1999 Chrysler Town & Country Review

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Bob Plunkett Bob Plunkett Editor
May 3, 1999

NEW YORK — An unconventional limousine stopped at the curb of my Manhattan hotel, but I climbed through the right-side sliding door anyway, and slipped laterally into one of two back-seat buckets on the second of three rows.

Settling in for a traffic-bound trek to the airport, I took in the profusion of plush interior elements, smooth ride, and zippy acceleration as we took on the Queens-Brooklyn Expressway to reach LaGuardia by the quickest means possible.

In retrospect, what struck me as unusual about the cushy trip was that my run in limousine luxury defied the stereotypical image of a big conventional sedan and instead substituted that box-on-wheels icon of suburbia car poolers, the minivan.

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Give credit to Chrysler's stretched Town & Country minivan — or more specifically, to its new ultimate leather-lined luxury edition, the T&C Limited. What a superior luxury car this minivan makes, refined with fancy comforts, obviously liberated with exacting handling mechanisms and enthusiastic with its power.

 

The ultimate evolution

It was Chrysler, of course, that minted the first minivan, really a tall station wagon with three rows of seats for seven riders, all in a boxy package that resembled a van but emulated the driving manners of a conventional family sedan. Chrysler did it first, and for a long time, it did it best.

A dramatic remake of Chrysler's minivan for the 1996 model-year produced stunning improvements with new people-pleasing features, including dual sliding side doors, and in 1997, a version appeared with optional all-wheel-drive traction capacity. Today, the same basic minivan shows up under Dodge and Plymouth labels by different names. But it is with Chrysler's Town & Country badge that this minivan reaches its peak in all aspects of performance, paraphernalia and power.

1999 Chrysler Town & Country Interior

1999 Chrysler Town & Country Interior


The Limited Chrysler minivan offers the luxury you’d find in a limousine – except the nifty champagne flutes.

1999 Chrysler Town & Country

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The top-of-the-line Limited edition transforms the all-too-common minivan into a fancy people hauler whose appointments and ride quality beat an ordinary limo. It functions like a big car but measures small enough to park in a home garage. It also looks smallish, although the stretched-wheelbase Town & Country seats up to seven, with space left in the rear bay for luggage or sports gear. As a bonus, its smoothly shaped exterior elements flow together in streamlined fashion, so the package doesn't seem bulky.

Inside, a low platform affords minimal step-up height, so it's easy to climb aboard. A sliding slab door on each side immediately behind front hinged doors allows easy entry for back-seat riders. It’s flexible as well: The second and third tiers of seats can be removed for additional storage space. Following the flick of a switch, the bench seats roll on floor tracks for quick removal.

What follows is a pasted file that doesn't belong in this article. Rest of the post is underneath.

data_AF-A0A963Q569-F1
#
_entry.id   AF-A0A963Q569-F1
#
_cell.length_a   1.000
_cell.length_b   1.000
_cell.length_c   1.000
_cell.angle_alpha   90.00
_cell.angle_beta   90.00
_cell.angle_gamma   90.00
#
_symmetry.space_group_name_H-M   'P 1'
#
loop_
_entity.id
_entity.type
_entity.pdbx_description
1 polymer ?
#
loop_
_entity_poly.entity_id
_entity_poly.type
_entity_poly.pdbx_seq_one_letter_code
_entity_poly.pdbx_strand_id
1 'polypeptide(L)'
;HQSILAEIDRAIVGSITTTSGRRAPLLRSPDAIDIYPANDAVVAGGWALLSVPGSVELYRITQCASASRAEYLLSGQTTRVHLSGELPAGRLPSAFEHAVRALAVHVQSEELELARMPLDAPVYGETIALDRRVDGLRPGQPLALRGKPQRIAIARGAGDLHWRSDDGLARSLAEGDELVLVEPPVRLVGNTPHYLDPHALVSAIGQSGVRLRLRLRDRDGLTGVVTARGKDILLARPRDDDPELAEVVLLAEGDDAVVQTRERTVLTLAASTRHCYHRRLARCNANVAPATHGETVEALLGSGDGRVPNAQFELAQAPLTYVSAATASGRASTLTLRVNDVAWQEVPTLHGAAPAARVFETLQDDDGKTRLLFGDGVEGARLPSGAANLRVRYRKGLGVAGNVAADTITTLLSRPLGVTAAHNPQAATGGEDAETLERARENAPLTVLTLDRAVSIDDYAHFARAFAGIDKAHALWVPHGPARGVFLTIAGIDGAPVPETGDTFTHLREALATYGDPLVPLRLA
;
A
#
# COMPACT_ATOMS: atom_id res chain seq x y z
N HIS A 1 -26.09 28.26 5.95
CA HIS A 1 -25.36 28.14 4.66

Piloting about town and country

Best of all, the Town & Country is easy to drive, thanks to responsive systems like power-assisted rack-and-pinion steering and a well-tuned suspension that produces the living-room-smooth ride quality that limousines get all stretched out of shape to achieve. A wide front track sets up a turning circle that's significantly shorter, too, which enables Chrysler's minivan to navigate paths as tight and narrow as those in a shopping center's parking lot.

For power, the Limited edition draws from a 3.8-liter 180-hp V-6 (it’s also available with LX trim). As the largest V-6 offered for Chrysler's minivan fleet, this plant feels gutsy in all gears of the four-speed automatic shifter, and it links to a standard traction control system. The standard engine for minivans below the Limited is a 3.3-liter V-6, rated at 158 hp.

An all-wheel-drive system is also available on the Town & Country Limited: Its viscous coupling locks under difficult conditions to automatically channel engine torque to both the front and rear axles. Under normal driving conditions, the smart linkage distributes about 90 percent of the power to the front wheels, so the minivan behaves similarly to a front-wheel-drive version. However, when on-board sensors detect wheel slippage at the front wheels, the coupling instantly transfers some of the power — up to 100 percent, depending on the amount of slippage detected — to the rear wheels to boost tire grip.

Added safety gear ranges from twin frontal airbags to steel door braces and anti-lock brakes. Standard equipment includes the leather-trimmed cabin with front heated seats and eight-way power adjustments, second-row bucket seats and rear bench, plus a leather-wrapped steering wheel, security system and power for everything.

Ultimately, Town & Country Limited scores as the minivan with the utmost appointments, but it also ranks on top of the price charts, beginning around $36,000. Even Mercedes-Benz would be hard pressed to make a better luxury minivan than this — but then again, it doesn’t need to now, does it?

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